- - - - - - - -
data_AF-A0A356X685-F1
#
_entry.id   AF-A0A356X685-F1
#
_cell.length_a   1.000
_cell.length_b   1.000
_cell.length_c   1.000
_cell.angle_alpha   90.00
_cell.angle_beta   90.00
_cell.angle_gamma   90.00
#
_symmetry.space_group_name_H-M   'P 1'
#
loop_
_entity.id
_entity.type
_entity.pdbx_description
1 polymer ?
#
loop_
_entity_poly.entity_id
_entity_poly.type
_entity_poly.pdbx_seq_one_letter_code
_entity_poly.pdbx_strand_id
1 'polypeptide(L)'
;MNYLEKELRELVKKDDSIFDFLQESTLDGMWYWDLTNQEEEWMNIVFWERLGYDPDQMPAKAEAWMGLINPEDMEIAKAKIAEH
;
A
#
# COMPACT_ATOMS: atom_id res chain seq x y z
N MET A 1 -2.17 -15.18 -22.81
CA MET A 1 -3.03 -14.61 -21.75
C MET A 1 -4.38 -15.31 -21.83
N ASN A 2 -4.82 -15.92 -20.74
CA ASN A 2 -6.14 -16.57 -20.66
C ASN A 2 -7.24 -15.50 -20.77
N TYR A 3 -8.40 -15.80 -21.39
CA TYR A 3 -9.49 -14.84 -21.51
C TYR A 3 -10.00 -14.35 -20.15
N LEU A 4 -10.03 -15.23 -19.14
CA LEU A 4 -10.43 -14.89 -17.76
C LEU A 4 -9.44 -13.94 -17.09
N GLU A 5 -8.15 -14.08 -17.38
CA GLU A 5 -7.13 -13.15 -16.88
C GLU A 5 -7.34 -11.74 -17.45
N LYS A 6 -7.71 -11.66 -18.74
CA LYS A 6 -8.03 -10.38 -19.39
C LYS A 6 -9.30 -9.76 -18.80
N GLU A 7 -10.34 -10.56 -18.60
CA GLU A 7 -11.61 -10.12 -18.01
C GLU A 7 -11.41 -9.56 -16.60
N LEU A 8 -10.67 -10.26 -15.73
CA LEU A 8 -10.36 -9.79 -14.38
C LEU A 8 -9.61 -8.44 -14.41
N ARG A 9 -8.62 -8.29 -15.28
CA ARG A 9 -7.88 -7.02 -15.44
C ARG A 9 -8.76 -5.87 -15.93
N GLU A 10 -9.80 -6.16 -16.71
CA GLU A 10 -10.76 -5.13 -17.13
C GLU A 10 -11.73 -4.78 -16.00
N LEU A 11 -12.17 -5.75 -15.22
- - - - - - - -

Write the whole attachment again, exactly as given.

data_AF-A0A356X685-F1
#
_entry.id   AF-A0A356X685-F1
#
_cell.length_a   1.000
_cell.length_b   1.000
_cell.length_c   1.000
_cell.angle_alpha   90.00
_cell.angle_beta   90.00
_cell.angle_gamma   90.00
#
_symmetry.space_group_name_H-M   'P 1'
#
loop_
_entity.id
_entity.type
_entity.pdbx_description
1 polymer ?
#
loop_
_entity_poly.entity_id
_entity_poly.type
_entity_poly.pdbx_seq_one_letter_code
_entity_poly.pdbx_strand_id
1 'polypeptide(L)'
;MNYLEKELRELVKKDDSIFDFLQESTLDGMWYWDLTNQEEEWMNIVFWERLGYDPDQMPAKAEAWMGLINPEDMEIAKAKIAEH
;
A
#
# COMPACT_ATOMS: atom_id res chain seq x y z
N MET A 1 -2.17 -15.18 -22.81
CA MET A 1 -3.03 -14.61 -21.75
C MET A 1 -4.38 -15.31 -21.83
N ASN A 2 -4.82 -15.92 -20.74
CA ASN A 2 -6.14 -16.57 -20.66
C ASN A 2 -7.24 -15.50 -20.77
N TYR A 3 -8.40 -15.80 -21.39
CA TYR A 3 -9.49 -14.84 -21.51
C TYR A 3 -10.00 -14.35 -20.15
N LEU A 4 -10.03 -15.23 -19.14
CA LEU A 4 -10.43 -14.89 -17.76
C LEU A 4 -9.44 -13.94 -17.09
N GLU A 5 -8.15 -14.08 -17.38
CA GLU A 5 -7.13 -13.15 -16.88
C GLU A 5 -7.34 -11.74 -17.45
N LYS A 6 -7.71 -11.66 -18.74
CA LYS A 6 -8.03 -10.38 -19.39
C LYS A 6 -9.30 -9.76 -18.80
N GLU A 7 -10.34 -10.56 -18.60
CA GLU A 7 -11.61 -10.12 -18.01
C GLU A 7 -11.41 -9.56 -16.60
N LEU A 8 -10.67 -10.26 -15.73
CA LEU A 8 -10.36 -9.79 -14.38
C LEU A 8 -9.61 -8.44 -14.41
N ARG A 9 -8.62 -8.29 -15.28
CA ARG A 9 -7.88 -7.02 -15.44
C ARG A 9 -8.76 -5.87 -15.93
N GLU A 10 -9.80 -6.16 -16.71
CA GLU A 10 -10.76 -5.13 -17.13
C GLU A 10 -11.73 -4.78 -16.00
N LEU A 11 -12.17 -5.75 -15.22